My "Just In Case" case has a wide variety of connectors and adapters.
Do I ever need my backup kit? Yes. For example, I once came to the rescue of a wedding photographer. We were working at a wedding reception at Ralston Hall Mansion and she was having problems with her slave flash. The slave is a remote flash that fires simultaneously with the on camera flash to fill and bounce extra light. Her slave was not firing regularly so she figured it was low on battery power. When she discovered that she had no more 9 volt batteries in her case she became concerned. She asked me if there was any chance I had a 9 volt and I said no problem. I carry plenty of extra 9 volt and AA batteries with me because I use them in my wireless mic systems. She was thrilled to have a fresh replacement but soon realized that the new battery was not solving the problem. Some quick troubleshooting on my part revealed that one of the two contacts that lead from the electronics to the snap on connector had weakened.
Standard 9 volt battery snap connector
The photo above is a replacement connector which is a common fix on any device powered by 9 volts because the wires are so tiny that they can fail with even the normal pressure exerted during battery replacement.
I also carry a small soldering iron and solder for just these kinds of problems. It took me no time to repair the solder connection on the contact and have her slave back working like new. The photographer was blown away by this unexpected on-site repair service. I was happy to be able to help. The client was never aware that there had been a problem and her photos came out great.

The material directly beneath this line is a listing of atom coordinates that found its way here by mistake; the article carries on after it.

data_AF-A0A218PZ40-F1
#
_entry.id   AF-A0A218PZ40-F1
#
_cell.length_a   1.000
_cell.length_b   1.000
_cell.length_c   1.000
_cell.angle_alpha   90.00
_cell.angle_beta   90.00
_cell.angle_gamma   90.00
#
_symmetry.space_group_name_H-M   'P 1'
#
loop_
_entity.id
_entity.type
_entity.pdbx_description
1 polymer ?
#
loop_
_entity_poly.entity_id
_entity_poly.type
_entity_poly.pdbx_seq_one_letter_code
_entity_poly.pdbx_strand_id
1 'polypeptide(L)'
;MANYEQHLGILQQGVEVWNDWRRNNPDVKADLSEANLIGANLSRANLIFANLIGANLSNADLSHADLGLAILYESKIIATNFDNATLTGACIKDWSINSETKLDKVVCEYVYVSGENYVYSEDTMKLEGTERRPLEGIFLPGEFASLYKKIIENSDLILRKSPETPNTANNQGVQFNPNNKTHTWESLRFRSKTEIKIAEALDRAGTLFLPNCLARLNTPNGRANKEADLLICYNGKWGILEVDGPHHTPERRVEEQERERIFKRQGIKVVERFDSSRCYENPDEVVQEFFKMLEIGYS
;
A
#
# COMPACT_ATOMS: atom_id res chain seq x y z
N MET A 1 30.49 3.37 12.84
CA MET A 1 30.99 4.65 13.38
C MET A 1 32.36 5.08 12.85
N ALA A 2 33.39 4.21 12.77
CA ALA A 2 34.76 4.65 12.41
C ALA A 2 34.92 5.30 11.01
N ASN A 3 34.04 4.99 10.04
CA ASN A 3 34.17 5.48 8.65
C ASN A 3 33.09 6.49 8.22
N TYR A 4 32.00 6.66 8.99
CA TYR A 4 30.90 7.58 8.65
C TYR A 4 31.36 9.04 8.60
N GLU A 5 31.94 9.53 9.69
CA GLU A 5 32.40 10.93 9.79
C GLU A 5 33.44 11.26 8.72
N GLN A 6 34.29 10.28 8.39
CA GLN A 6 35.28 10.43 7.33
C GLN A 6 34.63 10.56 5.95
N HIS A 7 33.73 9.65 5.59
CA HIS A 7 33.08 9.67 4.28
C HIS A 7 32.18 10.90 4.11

My soldering iron, solder and a smiliar connector that crippled her slave unit.
Sometimes you just never know what kind of connectors will be required to tap into a house sound system or feed an audio signal to the videographer. Sometimes you might get lucky if an open Radio Shack store is just around the corner from your event but why count on it? Other times you are on a bay cruise ship with no other options other than what you've brought on board yourself.
Here's a list of just a few things I bring along and never leave home without them.
1. Tape (Gaffers, Adhesive, Masking, Electrical)
2. Safety Pins of all sizes (saving many a dancing bridesmaids' dresses in distress)
3. Zip ties in a multitude of sizes
4. Batteries (9V, AA, AAA)
5. iPhone Charging Cable
6. Advil, Tylenol, Aspirin
7. Tool Kit (From tiny tweezers to lug wrenches)
8. First Aid Kit
9. Assorted Audio Video Connecting Cables and Adapters for many possible configurations.
10. Extension cords, Flashlights, Jumper Cables
Are you planning a slide shows or video presentations at your wedding reception? The absolute best sound you are going to get is through your DJ or band's system. Discuss this presentation with them in advance of your reception. You should get their approval to plug into their system and make sure they have a spare line level input to make this audio playback possible in addition to all of the right connectors and cables. Another a good idea to assign one of your guests who you can trust to be in charge of the entire audio visual presentation. This person working with your DJ should have knowledge of the computer, application, projector and screen to insure your presentation is the best that it can be.
Even in this high tech world sometimes plain old hustle and low tech solutions do the trick like having the right tools to perform a simple soldering repair. Such was also the case in another recent one of my posts called Above and Beyond: Wedding DJ Customer Service. That story told of my diligence in finding an obscure song on a vinyl record for a special client request.